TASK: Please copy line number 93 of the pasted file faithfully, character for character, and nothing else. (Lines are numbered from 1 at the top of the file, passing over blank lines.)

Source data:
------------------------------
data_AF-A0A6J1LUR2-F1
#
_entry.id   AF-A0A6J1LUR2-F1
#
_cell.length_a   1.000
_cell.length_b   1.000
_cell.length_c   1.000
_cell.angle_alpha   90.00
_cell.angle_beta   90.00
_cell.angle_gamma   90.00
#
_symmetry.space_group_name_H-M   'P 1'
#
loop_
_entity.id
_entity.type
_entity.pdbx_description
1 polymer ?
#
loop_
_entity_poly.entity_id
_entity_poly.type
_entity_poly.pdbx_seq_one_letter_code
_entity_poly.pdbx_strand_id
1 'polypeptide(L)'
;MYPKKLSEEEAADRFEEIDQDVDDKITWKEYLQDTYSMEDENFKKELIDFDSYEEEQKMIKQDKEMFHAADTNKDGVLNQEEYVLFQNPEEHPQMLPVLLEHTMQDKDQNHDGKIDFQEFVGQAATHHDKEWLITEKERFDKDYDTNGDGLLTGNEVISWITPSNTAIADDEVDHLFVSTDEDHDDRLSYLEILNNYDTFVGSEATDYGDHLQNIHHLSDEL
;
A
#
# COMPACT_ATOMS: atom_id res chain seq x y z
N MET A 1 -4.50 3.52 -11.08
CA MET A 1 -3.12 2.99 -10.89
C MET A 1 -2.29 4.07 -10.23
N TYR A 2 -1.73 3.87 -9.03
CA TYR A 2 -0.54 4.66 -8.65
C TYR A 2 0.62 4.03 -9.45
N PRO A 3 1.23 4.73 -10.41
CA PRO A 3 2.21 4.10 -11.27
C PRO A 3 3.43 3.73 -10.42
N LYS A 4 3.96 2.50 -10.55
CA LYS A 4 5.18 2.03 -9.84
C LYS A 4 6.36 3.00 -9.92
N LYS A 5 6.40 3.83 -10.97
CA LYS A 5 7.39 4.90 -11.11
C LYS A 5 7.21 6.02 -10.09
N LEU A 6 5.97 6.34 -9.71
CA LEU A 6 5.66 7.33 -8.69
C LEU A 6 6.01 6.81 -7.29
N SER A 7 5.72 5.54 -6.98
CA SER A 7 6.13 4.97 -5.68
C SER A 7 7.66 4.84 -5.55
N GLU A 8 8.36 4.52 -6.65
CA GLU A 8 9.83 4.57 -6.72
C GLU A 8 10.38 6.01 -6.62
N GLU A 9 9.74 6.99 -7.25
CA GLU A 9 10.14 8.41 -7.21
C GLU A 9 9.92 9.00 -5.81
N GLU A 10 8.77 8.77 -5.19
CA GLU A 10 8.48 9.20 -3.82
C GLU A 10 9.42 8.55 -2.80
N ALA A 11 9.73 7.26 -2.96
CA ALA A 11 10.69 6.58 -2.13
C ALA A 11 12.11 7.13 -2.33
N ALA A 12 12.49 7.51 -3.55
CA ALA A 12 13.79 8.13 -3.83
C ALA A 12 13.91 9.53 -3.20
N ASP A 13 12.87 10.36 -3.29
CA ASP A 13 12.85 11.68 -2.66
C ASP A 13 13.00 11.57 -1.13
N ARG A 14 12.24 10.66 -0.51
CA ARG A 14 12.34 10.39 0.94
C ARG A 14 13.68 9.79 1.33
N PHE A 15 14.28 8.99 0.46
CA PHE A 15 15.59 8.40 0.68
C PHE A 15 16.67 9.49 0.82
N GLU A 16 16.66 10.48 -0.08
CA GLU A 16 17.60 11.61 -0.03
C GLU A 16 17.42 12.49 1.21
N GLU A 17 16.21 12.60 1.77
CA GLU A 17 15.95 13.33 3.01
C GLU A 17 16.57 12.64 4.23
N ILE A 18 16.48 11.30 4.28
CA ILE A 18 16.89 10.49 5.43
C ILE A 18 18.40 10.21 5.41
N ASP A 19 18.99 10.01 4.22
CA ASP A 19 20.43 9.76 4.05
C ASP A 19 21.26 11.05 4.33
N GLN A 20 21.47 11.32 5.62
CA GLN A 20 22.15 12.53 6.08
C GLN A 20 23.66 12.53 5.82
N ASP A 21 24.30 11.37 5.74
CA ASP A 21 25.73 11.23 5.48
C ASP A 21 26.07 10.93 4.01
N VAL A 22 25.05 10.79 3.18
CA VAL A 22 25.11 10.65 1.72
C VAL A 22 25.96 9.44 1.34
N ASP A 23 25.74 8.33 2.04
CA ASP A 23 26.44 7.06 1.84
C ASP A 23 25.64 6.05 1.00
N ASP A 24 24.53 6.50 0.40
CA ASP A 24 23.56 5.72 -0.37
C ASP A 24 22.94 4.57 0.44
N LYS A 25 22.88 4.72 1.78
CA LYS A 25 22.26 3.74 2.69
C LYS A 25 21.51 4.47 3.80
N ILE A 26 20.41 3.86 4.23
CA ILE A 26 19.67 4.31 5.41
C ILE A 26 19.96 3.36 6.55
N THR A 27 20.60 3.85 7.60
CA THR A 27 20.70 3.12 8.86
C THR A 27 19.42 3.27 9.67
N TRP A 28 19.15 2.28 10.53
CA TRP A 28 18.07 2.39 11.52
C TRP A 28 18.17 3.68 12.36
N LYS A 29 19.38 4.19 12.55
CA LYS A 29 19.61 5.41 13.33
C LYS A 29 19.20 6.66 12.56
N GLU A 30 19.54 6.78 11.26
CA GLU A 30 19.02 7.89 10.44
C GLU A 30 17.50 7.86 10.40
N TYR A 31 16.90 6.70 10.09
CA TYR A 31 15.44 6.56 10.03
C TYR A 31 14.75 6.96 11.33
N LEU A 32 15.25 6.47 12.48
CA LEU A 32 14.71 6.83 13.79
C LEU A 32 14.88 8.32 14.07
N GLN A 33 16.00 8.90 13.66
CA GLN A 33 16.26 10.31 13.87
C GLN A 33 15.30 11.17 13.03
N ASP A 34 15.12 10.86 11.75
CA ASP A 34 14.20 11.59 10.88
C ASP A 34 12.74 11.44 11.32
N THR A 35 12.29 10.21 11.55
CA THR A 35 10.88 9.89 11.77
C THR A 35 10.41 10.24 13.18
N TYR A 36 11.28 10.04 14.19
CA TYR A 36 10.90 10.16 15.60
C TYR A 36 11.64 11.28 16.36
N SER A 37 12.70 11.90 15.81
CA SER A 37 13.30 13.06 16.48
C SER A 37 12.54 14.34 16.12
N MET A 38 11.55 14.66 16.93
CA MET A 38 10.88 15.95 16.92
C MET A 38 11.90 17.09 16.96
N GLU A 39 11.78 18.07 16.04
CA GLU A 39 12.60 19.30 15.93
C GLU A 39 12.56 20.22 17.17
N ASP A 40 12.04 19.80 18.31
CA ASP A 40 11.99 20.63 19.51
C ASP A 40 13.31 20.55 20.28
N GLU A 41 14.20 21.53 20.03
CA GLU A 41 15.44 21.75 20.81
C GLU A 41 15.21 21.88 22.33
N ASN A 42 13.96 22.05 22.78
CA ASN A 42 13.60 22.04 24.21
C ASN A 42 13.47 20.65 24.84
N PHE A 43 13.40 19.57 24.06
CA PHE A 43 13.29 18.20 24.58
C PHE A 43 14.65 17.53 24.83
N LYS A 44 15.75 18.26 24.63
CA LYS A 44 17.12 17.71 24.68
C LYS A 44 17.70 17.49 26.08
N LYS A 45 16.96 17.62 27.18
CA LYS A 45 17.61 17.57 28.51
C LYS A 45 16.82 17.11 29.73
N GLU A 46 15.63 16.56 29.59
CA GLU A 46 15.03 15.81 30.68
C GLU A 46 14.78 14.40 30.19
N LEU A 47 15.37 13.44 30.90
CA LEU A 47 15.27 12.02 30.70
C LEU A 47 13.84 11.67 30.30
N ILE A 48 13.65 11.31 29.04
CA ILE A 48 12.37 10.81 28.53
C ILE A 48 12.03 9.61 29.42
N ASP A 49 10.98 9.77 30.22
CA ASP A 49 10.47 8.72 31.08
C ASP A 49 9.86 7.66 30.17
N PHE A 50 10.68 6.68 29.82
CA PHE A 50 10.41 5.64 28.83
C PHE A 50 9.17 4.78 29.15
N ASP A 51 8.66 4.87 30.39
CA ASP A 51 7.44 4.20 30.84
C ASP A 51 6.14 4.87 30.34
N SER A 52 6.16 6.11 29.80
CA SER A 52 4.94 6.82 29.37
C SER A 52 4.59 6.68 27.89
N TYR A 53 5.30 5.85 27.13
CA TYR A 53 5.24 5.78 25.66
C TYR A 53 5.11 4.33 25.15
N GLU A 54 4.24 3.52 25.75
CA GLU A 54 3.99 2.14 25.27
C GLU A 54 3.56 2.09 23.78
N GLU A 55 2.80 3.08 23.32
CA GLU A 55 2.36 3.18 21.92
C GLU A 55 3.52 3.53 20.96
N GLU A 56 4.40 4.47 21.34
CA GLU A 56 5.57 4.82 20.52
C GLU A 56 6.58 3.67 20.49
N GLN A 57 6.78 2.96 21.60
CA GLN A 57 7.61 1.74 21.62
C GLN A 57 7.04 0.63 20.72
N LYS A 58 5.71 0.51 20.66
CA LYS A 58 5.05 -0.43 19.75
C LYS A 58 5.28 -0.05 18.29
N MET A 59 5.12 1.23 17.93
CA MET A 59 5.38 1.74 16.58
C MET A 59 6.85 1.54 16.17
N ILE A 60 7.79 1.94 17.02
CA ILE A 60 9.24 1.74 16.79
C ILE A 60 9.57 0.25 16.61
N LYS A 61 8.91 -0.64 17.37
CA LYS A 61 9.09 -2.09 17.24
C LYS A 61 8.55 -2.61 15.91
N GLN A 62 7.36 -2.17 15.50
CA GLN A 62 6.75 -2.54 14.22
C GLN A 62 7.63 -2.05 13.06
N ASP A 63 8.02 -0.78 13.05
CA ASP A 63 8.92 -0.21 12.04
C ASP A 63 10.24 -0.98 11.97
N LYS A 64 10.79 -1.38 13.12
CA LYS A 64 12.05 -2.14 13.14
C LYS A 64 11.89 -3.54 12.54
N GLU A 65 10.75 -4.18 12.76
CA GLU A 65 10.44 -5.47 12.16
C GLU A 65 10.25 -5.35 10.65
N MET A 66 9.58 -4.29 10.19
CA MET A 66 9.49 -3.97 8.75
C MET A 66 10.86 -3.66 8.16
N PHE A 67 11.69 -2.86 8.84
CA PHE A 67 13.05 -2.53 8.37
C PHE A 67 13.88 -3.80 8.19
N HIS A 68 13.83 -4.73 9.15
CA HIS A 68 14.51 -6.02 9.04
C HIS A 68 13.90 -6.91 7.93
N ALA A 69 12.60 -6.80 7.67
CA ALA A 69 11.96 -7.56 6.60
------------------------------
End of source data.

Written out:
C ASP A 21 26.07 10.93 4.01